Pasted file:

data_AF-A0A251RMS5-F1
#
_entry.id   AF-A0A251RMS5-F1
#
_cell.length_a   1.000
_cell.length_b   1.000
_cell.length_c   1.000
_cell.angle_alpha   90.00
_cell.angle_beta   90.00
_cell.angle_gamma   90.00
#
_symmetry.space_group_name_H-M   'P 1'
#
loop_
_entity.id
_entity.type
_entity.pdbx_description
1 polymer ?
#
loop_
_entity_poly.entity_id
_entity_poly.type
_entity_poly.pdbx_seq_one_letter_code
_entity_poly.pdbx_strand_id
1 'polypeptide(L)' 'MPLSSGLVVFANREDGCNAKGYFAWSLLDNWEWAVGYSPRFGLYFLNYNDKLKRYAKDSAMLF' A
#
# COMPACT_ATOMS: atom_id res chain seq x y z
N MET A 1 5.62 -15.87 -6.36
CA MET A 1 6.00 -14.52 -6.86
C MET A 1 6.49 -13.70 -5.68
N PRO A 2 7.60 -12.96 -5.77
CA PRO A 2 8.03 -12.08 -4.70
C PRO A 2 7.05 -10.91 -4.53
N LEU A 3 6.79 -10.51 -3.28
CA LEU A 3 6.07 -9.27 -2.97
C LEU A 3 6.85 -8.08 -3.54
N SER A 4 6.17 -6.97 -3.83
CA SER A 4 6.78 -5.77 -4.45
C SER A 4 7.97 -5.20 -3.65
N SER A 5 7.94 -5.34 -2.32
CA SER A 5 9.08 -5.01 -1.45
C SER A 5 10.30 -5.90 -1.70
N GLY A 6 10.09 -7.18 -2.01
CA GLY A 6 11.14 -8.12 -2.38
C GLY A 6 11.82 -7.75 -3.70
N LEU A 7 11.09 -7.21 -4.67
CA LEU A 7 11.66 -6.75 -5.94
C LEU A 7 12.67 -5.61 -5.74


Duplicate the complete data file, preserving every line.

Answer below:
data_AF-A0A251RMS5-F1
#
_entry.id   AF-A0A251RMS5-F1
#
_cell.length_a   1.000
_cell.length_b   1.000
_cell.length_c   1.000
_cell.angle_alpha   90.00
_cell.angle_beta   90.00
_cell.angle_gamma   90.00
#
_symmetry.space_group_name_H-M   'P 1'
#
loop_
_entity.id
_entity.type
_entity.pdbx_description
1 polymer ?
#
loop_
_entity_poly.entity_id
_entity_poly.type
_entity_poly.pdbx_seq_one_letter_code
_entity_poly.pdbx_strand_id
1 'polypeptide(L)' 'MPLSSGLVVFANREDGCNAKGYFAWSLLDNWEWAVGYSPRFGLYFLNYNDKLKRYAKDSAMLF' A
#
# COMPACT_ATOMS: atom_id res chain seq x y z
N MET A 1 5.62 -15.87 -6.36
CA MET A 1 6.00 -14.52 -6.86
C MET A 1 6.49 -13.70 -5.68
N PRO A 2 7.60 -12.96 -5.77
CA PRO A 2 8.03 -12.08 -4.70
C PRO A 2 7.05 -10.91 -4.53
N LEU A 3 6.79 -10.51 -3.28
CA LEU A 3 6.07 -9.27 -2.97
C LEU A 3 6.85 -8.08 -3.54
N SER A 4 6.17 -6.97 -3.83
CA SER A 4 6.78 -5.77 -4.45
C SER A 4 7.97 -5.20 -3.65
N SER A 5 7.94 -5.34 -2.32
CA SER A 5 9.08 -5.01 -1.45
C SER A 5 10.30 -5.90 -1.70
N GLY A 6 10.09 -7.18 -2.01
CA GLY A 6 11.14 -8.12 -2.38
C GLY A 6 11.82 -7.75 -3.70
N LEU A 7 11.09 -7.21 -4.67
CA LEU A 7 11.66 -6.75 -5.94
C LEU A 7 12.67 -5.61 -5.74